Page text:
3D Tutorials: How to Make Dogs in Togo(3)
The digital environment in the film
What we mentioned above are all about the production of CG sled dogs. There are many natural environments in the film, some of which are fully synthesized digital landscapes, and some are enhanced effects after real shots in Alberta, Canada. The two main scenes are Wheat Kinley Mountain shooting at Fortress Mountain, Alberta, and frozen Norton Bay shooting at Lake Abraham, Alberta.
Real shot material
1. Shooting across a frozen lake in Alberta, relying on a lot of roto to complete
The reason why I chose Lake Abraham in Alberta as the location for shooting the unstable frozen lake is that the blue ice here is very clean and clear, and the place is large. It's just that the weather on the day of the shooting was not very compatible. Two days later, the lake was covered with snow. Fortunately, the production team took a lot of reference photos within these two days.
Nearly 95% of the shots are related to the sled dog and the owner Leonhard Seppala. To facilitate production, the entire sled team, sled, protective gear, fur, clothes, and Leonhard Seppala's hair need to be rooted separately, taking into account the sled dog body behind the team The cold atmosphere is stronger than the sled dogs in front, and the roto has to be created in layers.
A real shot of sled dogs, replacing the environment and enhancing the atmosphere
Under normal circumstances, it is sufficient to project the roto layer on the character's body trajectory or vehicle trajectory and then superimpose on it, but at this time the hair details are very complicated. You need to project the roto on the card, build a sled system as a card binding, and then add Each layer of particle FX, snow, atmosphere, etc. In addition, the snow and ice produced by the sled and sled dogs flying forward are simulated in Houdini and filled with some 2D elements.
2. Cracked ice
The design of the ice-breaking lens is very complicated. The live shots were taken on a flat ice surface, so some ice flipped shots can only be done in full CG, while those non-CG shots used a method of destroying the lens track to make the ice surface look more" be more active, limit it to the range that does not destroy the parallax, use 2D techniques to constrain the fixed camera on a floating ice cube, or move the camera on the ice material, add 2D floating, and make the effect look less stable.
Moreover, the material itself was shot on a flat ice surface with different light, and the lighting conditions are constantly changing with time. Therefore, the material of each version is different. It is necessary to keep these materials consistent and guide the ice surface. Fragmenting piece by piece is also a long and complicated process.
3. Simulate huge ice cubes
In the sequence of the sled dog team crossing the frozen lake, huge blocks of ice will gradually rise as the ice surface breaks. The production team used procedural methods as much as possible to guide the shape of huge ice cubes. When there are a large number of huge ice cubes, there is no way to bind each piece individually, and it is impossible to carry out carving, texture, and appearance development processing on each piece. This will limit its shape and size. Once you want to make it If you modify it, you have to go back to the previous step and recreate it. So they created a new Cascade system that allows the layout department and the environment department to create huge ice cube layouts on a shot-by-shot basis.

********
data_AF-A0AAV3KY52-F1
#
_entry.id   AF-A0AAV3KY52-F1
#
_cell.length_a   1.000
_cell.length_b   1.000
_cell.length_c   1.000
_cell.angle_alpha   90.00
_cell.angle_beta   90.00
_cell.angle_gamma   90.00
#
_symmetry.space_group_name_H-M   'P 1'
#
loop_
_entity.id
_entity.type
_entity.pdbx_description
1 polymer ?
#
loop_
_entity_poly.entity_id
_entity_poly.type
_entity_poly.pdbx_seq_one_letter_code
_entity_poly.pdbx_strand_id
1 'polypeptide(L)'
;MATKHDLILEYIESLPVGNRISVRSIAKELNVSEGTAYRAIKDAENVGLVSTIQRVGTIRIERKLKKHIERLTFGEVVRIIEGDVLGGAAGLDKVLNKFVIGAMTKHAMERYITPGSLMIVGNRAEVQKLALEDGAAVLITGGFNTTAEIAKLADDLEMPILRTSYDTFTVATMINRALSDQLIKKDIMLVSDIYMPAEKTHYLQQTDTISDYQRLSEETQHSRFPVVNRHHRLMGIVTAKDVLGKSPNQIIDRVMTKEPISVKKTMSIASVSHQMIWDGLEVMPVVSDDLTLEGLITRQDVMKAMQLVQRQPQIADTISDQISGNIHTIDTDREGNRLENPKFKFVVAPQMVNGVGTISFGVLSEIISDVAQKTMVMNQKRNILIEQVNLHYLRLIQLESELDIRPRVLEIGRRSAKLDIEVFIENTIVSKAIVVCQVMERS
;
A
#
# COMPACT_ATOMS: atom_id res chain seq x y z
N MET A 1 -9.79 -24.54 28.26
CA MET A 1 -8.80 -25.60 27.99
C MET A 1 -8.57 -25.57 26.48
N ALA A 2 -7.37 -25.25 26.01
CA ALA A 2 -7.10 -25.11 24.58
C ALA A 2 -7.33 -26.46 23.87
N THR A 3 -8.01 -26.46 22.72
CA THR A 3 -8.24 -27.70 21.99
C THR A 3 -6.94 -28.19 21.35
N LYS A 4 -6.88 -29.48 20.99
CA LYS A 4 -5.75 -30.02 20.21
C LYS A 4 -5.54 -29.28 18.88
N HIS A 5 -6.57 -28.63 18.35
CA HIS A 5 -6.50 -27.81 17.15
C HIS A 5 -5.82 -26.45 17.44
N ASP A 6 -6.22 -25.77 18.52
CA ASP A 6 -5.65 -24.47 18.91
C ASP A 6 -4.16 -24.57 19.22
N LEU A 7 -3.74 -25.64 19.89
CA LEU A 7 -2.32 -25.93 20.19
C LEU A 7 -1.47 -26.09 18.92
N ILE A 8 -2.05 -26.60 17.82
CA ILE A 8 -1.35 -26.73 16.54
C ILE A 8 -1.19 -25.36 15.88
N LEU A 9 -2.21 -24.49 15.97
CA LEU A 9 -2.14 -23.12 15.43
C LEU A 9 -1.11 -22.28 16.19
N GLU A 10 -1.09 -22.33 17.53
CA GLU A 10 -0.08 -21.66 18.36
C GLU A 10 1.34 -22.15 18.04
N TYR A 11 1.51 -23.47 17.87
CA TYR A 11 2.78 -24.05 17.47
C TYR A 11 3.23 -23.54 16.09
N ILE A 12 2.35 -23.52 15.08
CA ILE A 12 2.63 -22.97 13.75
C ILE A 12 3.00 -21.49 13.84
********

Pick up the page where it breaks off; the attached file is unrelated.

The Layout department created a very basic proxy shape in Maya and used Maya's curve tool to draw a huge ice shape, stretch it, place it in the scene, add binding constraints, and set up rough animations in the floating ocean. The environmental team has created a very practical toolset that can procedurally model huge ice blocks through basic geometry, generating broken edge details, internal bubbles, cracks, and faults in the ice layer. With the help of new tools, the work of the production team is basically all day shooting during the day and farm rendering at night.
If you need to change the size or shape of the huge ice cube, go to the Layout link to redraw the curve and give it to the next process. The visual effects link will also simulate the interaction between huge ice cubes and water, including details such as bubbles and splashes, and finally, render in Clarisse.
4. The environment of other mountains
In the film, the growth of Togo is described in the form of memories of Laosai, part of which takes place among the mountains. The production team took a lot of very beautiful mountain views and modified them on this basis. For example, when shooting in Fortress Mountain, Alberta, the director thought the environment was good but there were too many trees, so some processing was done in the later stage. For another example, in the shots of the settlers' houses, there are no Alaska mountains in the real shots, and they need to be added later.
When designing the background, compared to the cumbersome work of drawing a large number of digital landscape maps, the production team adopted a 3D method that combined digital high-modulus, lidar scanning, and photogrammetry technology.
In the end, the mountains that we saw close to the lens were sculpted, textured, and look-dev processes were completed. There were also some Clarisse renderings of trees, leaves, and rocks. In general, there was indeed a lot of background work that needed to be processed.
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